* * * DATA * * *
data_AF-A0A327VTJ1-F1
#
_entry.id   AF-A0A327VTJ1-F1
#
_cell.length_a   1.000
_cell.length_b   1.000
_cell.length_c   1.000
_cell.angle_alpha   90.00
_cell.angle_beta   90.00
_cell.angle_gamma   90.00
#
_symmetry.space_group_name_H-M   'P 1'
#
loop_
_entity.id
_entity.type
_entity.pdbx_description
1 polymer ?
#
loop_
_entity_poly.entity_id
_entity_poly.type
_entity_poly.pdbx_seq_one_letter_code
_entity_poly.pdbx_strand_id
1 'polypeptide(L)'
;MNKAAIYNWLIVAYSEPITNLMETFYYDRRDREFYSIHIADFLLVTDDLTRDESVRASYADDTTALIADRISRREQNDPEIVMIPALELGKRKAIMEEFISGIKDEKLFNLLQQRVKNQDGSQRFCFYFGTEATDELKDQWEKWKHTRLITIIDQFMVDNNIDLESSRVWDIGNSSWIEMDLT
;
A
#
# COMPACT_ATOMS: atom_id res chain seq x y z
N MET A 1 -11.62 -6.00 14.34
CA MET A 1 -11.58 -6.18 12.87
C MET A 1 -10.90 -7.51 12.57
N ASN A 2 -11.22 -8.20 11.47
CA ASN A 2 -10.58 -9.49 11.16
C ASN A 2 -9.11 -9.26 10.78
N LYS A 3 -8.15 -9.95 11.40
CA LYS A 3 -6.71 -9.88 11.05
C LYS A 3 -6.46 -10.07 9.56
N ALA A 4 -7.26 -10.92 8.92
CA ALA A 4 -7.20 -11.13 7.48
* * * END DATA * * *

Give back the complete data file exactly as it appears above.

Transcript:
data_AF-A0A327VTJ1-F1
#
_entry.id   AF-A0A327VTJ1-F1
#
_cell.length_a   1.000
_cell.length_b   1.000
_cell.length_c   1.000
_cell.angle_alpha   90.00
_cell.angle_beta   90.00
_cell.angle_gamma   90.00
#
_symmetry.space_group_name_H-M   'P 1'
#
loop_
_entity.id
_entity.type
_entity.pdbx_description
1 polymer ?
#
loop_
_entity_poly.entity_id
_entity_poly.type
_entity_poly.pdbx_seq_one_letter_code
_entity_poly.pdbx_strand_id
1 'polypeptide(L)'
;MNKAAIYNWLIVAYSEPITNLMETFYYDRRDREFYSIHIADFLLVTDDLTRDESVRASYADDTTALIADRISRREQNDPEIVMIPALELGKRKAIMEEFISGIKDEKLFNLLQQRVKNQDGSQRFCFYFGTEATDELKDQWEKWKHTRLITIIDQFMVDNNIDLESSRVWDIGNSSWIEMDLT
;
A
#
# COMPACT_ATOMS: atom_id res chain seq x y z
N MET A 1 -11.62 -6.00 14.34
CA MET A 1 -11.58 -6.18 12.87
C MET A 1 -10.90 -7.51 12.57
N ASN A 2 -11.22 -8.20 11.47
CA ASN A 2 -10.58 -9.49 11.16
C ASN A 2 -9.11 -9.26 10.78
N LYS A 3 -8.15 -9.95 11.40
CA LYS A 3 -6.71 -9.88 11.05
C LYS A 3 -6.46 -10.07 9.56
N ALA A 4 -7.26 -10.92 8.92
CA ALA A 4 -7.20 -11.13 7.48